The level system?

I'm wondering what people think about the level system. I've studied with a few different teachers and heard competing arguments, not sure which I believe.

I've heard teachers say that the only proper way to play accents is to use the level system - prepare for the accented note on the unaccented note before it. And I've heard teachers who just laugh at that. One sat at the drums with both sticks way up, like in free stroke ready position, and said "Have you ever seen a drummer at the start of a song like this"? He then had me study lifting the stick for each stroke, rather than prepare the stick on the previous stroke.
 

jeffwj

Platinum Member
Since I wrote a book entitled The Level System, you can safely assume that I believe in the system. As a teacher, I would never mock or ridicule any technique. It is much better to point out the advantages or disadvantages in a professional manner.

To quote from the introduction of The Level System:

"The purpose of this book is to introduce the reader to the level system, a method of performance that allows the drummer to transition instantly between accented and unaccented notes. The level system is unlike most other methods of drumming because the hands always prepare for the upcoming note one stroke in advance. This allows the drummer to perform within an extreme dynamic range while remaining free of tension.
The use of the level system will allow the drummer to execute patterns which were previously out of reach. Most importantly, the level system will aid the drummer’s performance in a manner that works with both the body and the rebound of the stick."


This is the method that I studied with Joe Morello. He learned the concepts from his teacher, George Lawrence Stone. Jim Chapin used the same system. There are many people using the system today.

It is not the only accenting system, although it feels extremely natural to me. To paraphrase Jim Chapin - don't discard a technique until you have tried and examined it.

Thanks,

Jeff
 

jeffwj

Platinum Member
...He then had me study lifting the stick for each stroke, rather than prepare the stick on the previous stroke.
Regarding the full stroke, here again is an except from my book:

"Many drummers throw the stick down and stop the rebound. This requires them to pick up the stick before making another hit. Therefore they are using two motions and only getting one sound. The momentum is also broken during the process.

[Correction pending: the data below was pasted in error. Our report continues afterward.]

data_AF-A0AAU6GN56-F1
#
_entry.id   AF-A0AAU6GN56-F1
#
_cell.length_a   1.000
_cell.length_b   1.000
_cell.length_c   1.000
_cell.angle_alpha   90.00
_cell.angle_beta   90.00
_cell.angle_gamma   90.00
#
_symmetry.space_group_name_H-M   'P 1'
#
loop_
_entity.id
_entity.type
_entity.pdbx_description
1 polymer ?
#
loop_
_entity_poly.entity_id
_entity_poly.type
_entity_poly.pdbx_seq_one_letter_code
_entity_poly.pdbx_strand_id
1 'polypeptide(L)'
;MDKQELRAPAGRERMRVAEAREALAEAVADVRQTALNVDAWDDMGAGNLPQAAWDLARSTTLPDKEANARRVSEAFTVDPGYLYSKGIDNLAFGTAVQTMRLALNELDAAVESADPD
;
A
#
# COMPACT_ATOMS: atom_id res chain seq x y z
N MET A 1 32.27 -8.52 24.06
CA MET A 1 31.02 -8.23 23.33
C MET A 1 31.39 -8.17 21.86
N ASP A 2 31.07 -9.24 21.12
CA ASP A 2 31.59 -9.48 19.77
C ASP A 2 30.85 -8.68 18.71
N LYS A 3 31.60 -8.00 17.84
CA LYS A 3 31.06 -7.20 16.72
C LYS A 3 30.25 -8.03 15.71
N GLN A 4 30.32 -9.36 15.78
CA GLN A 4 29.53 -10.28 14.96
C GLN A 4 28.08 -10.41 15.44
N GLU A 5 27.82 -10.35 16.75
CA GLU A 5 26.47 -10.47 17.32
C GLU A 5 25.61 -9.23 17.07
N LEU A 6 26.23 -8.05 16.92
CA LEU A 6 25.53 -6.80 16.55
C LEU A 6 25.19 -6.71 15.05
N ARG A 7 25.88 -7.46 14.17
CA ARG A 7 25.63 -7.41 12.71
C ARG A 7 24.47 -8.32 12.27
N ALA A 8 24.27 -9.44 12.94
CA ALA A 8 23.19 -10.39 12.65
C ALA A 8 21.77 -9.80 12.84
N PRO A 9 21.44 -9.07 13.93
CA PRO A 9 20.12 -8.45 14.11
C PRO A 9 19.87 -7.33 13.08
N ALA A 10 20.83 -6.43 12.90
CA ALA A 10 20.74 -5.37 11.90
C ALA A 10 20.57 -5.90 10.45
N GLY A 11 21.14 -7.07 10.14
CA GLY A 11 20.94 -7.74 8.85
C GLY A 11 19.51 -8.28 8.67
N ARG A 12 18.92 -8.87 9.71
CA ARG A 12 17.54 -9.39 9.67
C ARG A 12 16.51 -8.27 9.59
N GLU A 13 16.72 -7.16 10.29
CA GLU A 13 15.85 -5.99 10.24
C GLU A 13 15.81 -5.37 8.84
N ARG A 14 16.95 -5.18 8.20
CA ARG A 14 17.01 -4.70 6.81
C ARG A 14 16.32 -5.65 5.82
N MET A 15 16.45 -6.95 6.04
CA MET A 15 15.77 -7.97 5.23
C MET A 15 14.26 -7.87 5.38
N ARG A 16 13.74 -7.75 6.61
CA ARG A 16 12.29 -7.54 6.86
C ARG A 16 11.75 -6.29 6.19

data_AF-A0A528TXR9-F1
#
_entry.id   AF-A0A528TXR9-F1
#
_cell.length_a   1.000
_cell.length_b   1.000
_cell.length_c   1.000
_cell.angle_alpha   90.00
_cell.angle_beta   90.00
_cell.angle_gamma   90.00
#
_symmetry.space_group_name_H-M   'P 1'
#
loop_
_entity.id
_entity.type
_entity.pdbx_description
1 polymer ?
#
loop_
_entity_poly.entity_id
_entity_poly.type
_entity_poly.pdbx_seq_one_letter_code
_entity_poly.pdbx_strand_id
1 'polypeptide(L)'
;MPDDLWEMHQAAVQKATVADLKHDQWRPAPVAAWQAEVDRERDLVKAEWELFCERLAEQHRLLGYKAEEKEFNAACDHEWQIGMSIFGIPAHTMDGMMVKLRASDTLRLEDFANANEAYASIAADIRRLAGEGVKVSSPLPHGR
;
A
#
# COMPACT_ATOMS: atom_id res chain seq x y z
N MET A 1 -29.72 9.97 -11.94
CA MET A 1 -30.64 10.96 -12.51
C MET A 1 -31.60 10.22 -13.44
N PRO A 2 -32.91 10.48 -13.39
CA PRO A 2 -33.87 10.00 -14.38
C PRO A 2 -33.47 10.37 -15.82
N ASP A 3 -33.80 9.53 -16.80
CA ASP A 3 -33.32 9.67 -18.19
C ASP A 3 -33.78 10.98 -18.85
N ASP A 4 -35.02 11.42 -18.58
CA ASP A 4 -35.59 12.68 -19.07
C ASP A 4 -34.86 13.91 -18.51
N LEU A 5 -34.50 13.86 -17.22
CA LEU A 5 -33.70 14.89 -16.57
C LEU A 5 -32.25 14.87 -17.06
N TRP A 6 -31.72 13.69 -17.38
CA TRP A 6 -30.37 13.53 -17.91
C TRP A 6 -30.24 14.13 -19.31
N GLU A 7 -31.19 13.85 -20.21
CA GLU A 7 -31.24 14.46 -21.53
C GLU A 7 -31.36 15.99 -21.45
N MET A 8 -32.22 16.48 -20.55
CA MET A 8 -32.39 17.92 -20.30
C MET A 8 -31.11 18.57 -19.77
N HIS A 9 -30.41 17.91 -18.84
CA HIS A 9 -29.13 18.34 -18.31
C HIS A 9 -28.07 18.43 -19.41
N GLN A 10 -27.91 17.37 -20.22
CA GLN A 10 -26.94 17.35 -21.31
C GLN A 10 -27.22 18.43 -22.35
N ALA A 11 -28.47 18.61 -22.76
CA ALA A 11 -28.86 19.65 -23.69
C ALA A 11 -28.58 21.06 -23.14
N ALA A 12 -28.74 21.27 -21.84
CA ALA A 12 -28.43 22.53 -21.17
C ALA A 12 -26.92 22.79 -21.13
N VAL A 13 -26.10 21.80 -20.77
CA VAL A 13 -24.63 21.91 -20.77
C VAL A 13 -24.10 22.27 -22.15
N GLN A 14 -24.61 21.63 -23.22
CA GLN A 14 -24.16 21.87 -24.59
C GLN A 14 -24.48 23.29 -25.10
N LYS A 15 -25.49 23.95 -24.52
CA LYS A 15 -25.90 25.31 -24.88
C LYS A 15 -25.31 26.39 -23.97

The foundation of the level system is the rebounding stroke, where the stick starts in an upright position. It is thrown down and rebounds back to the starting position. The stick is not brought back by the hand, but by the rebound – similar to bouncing a basketball. Therefore, one motion is used to achieve one sound. To accomplish this, the hand must be loose and free of tension. The full and tap strokes are the main rebounding strokes."


Jeff
 

BillBachman

Gold Member
Unless you're playing intentionally tight & weird on certain notes in order to manipulate radically different velocities of strokes from the same stick height (and nobody does this), the only way to play accents and taps & everything in between is to play different stroke heights where each is prepared ahead of time. This can be done with wrist turn strokes (the 4 basic strokes--full/down/tap/up) and Moeller whipping techniques which are the same, but driven by the forearm such that the hand & stick are whipped and the wrist can relax and do nothing.

I only ever use the sticks up position when playing stuff at one dynamic level/stick height where every stroke is a free stroke. As soon as there's an accent or tap to be seen anywhere the sticks go right down to the normal set position since there are generally more taps than accents and the control zone is down low. (If there are more accents than taps then they'd cease to be "accents.")

And, if you ask me, dismissing the free stroke "sticks up' starting position is bypassing far and away the most effective way to learn how to loosely rebound the stick and develop finger control. Many people who always start and stop with the sticks down end up playing with extra tension in their hands for life--it's easy to hide it when every stroke ends in a lock down set position. It's not wrong, just extremely cheat-able where-as the free stroke's "up" ending position with the butt end off the palm will call you out every time for any extra tension in the hands. This is actually step 1 on my Extreme Hands Makeover plan.
 
Thanks for the feedback, guys. Jeff, I just ordered your book and Bill I'm checking out your extreme hands makeover.